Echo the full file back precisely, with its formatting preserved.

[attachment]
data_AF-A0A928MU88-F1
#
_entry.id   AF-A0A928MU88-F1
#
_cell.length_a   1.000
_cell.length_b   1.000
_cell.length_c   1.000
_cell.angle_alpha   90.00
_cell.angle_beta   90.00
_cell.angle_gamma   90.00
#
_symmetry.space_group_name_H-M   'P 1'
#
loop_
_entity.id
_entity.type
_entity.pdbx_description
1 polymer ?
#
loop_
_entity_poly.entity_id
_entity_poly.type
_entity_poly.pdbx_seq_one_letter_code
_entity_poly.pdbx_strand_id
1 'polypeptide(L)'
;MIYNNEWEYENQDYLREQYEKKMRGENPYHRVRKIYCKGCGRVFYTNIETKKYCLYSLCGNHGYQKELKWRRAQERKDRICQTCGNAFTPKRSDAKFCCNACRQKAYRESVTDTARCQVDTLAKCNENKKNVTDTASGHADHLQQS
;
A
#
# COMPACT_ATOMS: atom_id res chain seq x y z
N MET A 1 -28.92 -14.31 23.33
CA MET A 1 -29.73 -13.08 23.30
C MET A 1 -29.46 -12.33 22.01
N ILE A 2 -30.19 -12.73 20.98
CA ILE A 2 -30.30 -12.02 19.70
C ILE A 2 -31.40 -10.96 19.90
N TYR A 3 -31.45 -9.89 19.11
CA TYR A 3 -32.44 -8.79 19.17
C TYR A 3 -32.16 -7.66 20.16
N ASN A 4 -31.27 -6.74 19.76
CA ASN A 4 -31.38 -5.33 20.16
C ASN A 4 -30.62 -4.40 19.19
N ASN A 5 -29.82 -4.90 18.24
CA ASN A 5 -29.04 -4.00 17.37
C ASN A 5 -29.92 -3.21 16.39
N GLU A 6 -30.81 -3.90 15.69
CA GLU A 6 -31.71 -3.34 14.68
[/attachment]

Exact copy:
data_AF-A0A928MU88-F1
#
_entry.id   AF-A0A928MU88-F1
#
_cell.length_a   1.000
_cell.length_b   1.000
_cell.length_c   1.000
_cell.angle_alpha   90.00
_cell.angle_beta   90.00
_cell.angle_gamma   90.00
#
_symmetry.space_group_name_H-M   'P 1'
#
loop_
_entity.id
_entity.type
_entity.pdbx_description
1 polymer ?
#
loop_
_entity_poly.entity_id
_entity_poly.type
_entity_poly.pdbx_seq_one_letter_code
_entity_poly.pdbx_strand_id
1 'polypeptide(L)'
;MIYNNEWEYENQDYLREQYEKKMRGENPYHRVRKIYCKGCGRVFYTNIETKKYCLYSLCGNHGYQKELKWRRAQERKDRICQTCGNAFTPKRSDAKFCCNACRQKAYRESVTDTARCQVDTLAKCNENKKNVTDTASGHADHLQQS
;
A
#
# COMPACT_ATOMS: atom_id res chain seq x y z
N MET A 1 -28.92 -14.31 23.33
CA MET A 1 -29.73 -13.08 23.30
C MET A 1 -29.46 -12.33 22.01
N ILE A 2 -30.19 -12.73 20.98
CA ILE A 2 -30.30 -12.02 19.70
C ILE A 2 -31.40 -10.96 19.90
N TYR A 3 -31.45 -9.89 19.11
CA TYR A 3 -32.44 -8.79 19.17
C TYR A 3 -32.16 -7.66 20.16
N ASN A 4 -31.27 -6.74 19.76
CA ASN A 4 -31.38 -5.33 20.16
C ASN A 4 -30.62 -4.40 19.19
N ASN A 5 -29.82 -4.90 18.24
CA ASN A 5 -29.04 -4.00 17.37
C ASN A 5 -29.92 -3.21 16.39
N GLU A 6 -30.81 -3.90 15.69
CA GLU A 6 -31.71 -3.34 14.68